Fertility Drug May Be New Hot Flash Treatment
Far Fewer Hot Flashes in 3 Women Treated With Cetrotide
Sept. 16, 2009 -- Women suffering from severe postmenopausal hot flashes may
get relief from the fertility drug Cetrotide, a small study suggests.
The three women in the study had their lives disrupted by frequent, severe
hot flashes, says study leader Hans de Boer, MD, PhD, of Rijnstate Hospital in
One developed symptoms after going off hormone therapy. Another was a breast
cancer survivor who underwent treatment with an estrogen-blocking drug. The
third had her ovaries removed during successful treatment for endometrial
"They all responded very well to the treatment," de Boer tells WebMD. "The
woman who had breast cancer treatment had a very large number of hot flashes
and now has only two a day. She has totally changed. She couldn't live her life
before, and now she is a very happy person."
The drug used to treat the women was Cetrotide, a fertility drug. The drug
helps control hormones that tell the ovaries when to release an egg. There are
receptors for the same hormones in the brain cells that control the body's
Cetrotide is given by daily, self-administered, under-the-skin injections.
Two of the women in the study eventually needed two daily doses.
Cetrotide isn't cheap. A single dose costs about $124, although prices vary
from pharmacy to pharmacy. But de Boer says that if clinical trials find the
drug to be a safe and effective treatment for hot flashes, demand may drive the
And clinical trials will be needed. De Boer is quick to note that although
his small study is suggestive, only much larger studies can show whether -- and
how -- Cetrotide can be used to treat hot flashes.
But so far, the treatment seems safe.
"I have not seen any side effects, and I don't expect them," de Boer says.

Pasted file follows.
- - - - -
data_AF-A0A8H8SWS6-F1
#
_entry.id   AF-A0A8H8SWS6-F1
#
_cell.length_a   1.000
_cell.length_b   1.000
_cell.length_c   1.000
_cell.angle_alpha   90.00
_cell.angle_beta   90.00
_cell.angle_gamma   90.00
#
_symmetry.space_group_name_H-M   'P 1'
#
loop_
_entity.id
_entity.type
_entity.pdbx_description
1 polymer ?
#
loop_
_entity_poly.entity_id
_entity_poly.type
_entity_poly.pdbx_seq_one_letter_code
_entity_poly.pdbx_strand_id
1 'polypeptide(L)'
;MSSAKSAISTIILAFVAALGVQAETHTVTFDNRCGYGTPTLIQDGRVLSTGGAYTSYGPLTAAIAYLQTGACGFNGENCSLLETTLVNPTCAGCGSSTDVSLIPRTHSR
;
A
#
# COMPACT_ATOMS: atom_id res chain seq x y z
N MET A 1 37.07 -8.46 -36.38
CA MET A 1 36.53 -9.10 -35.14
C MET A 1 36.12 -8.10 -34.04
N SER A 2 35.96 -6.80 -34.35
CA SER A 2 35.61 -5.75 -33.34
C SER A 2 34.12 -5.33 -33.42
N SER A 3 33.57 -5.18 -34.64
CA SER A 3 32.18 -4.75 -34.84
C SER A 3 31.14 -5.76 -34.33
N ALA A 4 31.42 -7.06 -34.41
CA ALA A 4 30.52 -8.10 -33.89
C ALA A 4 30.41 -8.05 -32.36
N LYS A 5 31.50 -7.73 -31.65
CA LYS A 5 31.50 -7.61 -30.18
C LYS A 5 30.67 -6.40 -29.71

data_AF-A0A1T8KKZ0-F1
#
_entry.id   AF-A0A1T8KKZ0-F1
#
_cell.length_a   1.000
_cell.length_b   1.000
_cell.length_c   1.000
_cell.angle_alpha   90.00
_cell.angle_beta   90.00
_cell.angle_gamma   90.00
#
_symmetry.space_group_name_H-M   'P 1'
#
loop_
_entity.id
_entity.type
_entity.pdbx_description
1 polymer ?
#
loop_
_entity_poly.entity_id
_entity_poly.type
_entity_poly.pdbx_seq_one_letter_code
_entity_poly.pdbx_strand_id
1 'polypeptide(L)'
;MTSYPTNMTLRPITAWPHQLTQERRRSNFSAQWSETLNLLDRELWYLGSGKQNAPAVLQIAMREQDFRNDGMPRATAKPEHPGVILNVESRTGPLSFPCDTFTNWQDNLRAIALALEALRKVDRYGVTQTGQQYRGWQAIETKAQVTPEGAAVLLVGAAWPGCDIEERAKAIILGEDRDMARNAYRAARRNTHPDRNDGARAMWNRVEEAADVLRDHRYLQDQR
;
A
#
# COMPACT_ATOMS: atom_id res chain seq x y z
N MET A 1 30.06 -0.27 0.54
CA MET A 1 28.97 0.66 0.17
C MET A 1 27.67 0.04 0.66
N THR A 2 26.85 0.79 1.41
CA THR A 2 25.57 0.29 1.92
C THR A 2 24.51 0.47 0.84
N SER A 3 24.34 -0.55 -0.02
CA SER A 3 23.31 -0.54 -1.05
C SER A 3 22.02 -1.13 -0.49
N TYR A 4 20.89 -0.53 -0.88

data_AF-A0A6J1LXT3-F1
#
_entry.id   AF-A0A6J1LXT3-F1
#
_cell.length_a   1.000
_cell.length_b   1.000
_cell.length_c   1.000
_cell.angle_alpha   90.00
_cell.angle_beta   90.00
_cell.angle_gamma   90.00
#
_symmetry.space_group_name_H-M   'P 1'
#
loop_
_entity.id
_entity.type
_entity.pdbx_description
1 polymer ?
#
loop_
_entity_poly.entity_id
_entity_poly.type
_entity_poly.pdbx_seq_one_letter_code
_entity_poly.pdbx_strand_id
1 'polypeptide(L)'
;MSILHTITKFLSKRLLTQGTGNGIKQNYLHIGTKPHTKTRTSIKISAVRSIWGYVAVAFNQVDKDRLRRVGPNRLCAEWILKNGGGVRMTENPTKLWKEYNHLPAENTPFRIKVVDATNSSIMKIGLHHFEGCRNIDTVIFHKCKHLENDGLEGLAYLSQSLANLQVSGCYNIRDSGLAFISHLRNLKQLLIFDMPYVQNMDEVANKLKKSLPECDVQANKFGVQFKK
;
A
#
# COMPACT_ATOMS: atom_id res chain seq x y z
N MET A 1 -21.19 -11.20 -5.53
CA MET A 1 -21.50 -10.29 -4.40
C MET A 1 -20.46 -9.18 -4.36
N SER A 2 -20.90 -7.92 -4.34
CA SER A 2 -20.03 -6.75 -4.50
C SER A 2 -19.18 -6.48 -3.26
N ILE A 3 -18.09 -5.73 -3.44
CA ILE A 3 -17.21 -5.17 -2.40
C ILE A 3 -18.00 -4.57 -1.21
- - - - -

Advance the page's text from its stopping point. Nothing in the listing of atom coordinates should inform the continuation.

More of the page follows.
"It may lower estrogen levels further in postmenopausal women, and this could
possibly have a negative effect on bone mass. But I don't think we'll see much
of this effect because estrogen levels are already so low in postmenopausal
women. And in women treated for breast cancer, it could be an advantage if
estrogen levels decline further."
De Boer says he has no financial interest in Cetrotide, although he says he
is talking to the drug's manufacturer about supporting a placebo-controlled
Not every woman who goes through menopause suffers from hot flashes. But
some women, particularly those thrust into menopause by hormone treatments for
breast cancer, may have their lives disrupted by frequent and severe hot
Hormone therapy helps hot flashes for many women, but not for all who suffer
severe symptoms. And many doctors are reluctant to offer hormone therapy
because of safety concerns.
It's not clear why hot flashes occur, but a hormone called LHRH (luteinizing
hormone-releasing hormone) may be involved. It's thought that LHRH triggers
brain cells that control temperature regulation, tricking the body into
reacting as though it's too hot. Cetrotide blocks the cellular receptor LHRH
uses for cell signaling.
De Boer and colleagues report the findings in the Sept. 17 issue of the
New England Journal of Medicine.